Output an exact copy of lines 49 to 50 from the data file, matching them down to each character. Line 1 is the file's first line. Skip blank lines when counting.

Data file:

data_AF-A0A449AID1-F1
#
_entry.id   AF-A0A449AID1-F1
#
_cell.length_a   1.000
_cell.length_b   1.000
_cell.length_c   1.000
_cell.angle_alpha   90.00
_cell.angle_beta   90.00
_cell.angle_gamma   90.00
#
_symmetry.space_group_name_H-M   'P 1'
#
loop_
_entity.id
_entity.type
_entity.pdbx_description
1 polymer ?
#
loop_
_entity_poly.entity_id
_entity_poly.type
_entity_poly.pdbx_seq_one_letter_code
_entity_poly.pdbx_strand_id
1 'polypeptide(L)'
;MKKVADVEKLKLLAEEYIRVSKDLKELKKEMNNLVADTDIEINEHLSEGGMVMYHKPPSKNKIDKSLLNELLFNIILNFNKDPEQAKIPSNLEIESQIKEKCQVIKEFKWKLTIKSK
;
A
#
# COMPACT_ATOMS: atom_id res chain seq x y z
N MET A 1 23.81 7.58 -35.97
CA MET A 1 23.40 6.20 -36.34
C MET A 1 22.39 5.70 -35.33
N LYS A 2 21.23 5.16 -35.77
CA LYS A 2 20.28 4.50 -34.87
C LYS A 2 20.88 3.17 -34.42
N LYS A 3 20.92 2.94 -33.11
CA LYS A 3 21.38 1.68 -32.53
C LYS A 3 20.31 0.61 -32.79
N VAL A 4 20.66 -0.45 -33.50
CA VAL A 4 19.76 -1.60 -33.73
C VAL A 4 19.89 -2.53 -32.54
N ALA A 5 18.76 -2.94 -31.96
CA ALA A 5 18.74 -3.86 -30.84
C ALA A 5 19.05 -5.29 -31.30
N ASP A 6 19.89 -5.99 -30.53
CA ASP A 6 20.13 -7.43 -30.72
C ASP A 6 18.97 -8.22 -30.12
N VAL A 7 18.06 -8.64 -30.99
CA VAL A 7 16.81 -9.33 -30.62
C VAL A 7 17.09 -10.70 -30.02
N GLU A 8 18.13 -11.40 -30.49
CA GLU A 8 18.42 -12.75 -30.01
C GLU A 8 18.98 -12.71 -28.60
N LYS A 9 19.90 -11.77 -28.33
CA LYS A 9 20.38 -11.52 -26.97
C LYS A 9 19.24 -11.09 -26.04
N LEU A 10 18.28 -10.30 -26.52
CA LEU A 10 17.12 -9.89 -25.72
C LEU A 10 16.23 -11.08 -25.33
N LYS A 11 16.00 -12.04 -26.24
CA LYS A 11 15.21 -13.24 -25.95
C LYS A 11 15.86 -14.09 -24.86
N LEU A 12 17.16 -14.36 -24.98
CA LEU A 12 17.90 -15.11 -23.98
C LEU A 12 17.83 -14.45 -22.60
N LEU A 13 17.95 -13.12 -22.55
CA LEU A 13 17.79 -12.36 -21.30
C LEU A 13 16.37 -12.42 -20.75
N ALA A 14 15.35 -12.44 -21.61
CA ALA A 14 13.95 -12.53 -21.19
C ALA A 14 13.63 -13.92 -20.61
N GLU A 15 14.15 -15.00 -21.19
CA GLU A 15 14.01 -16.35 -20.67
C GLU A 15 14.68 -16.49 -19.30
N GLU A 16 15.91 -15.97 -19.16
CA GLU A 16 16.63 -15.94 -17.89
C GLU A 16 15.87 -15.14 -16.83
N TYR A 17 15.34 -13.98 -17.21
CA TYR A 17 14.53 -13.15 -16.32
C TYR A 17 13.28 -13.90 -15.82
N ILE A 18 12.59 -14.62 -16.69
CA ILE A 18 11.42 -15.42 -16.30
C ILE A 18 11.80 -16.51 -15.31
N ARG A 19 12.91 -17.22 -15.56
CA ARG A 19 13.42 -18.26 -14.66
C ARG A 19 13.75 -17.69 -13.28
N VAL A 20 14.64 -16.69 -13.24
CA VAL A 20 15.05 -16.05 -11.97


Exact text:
N VAL A 7 18.06 -8.64 -30.99
CA VAL A 7 16.81 -9.33 -30.62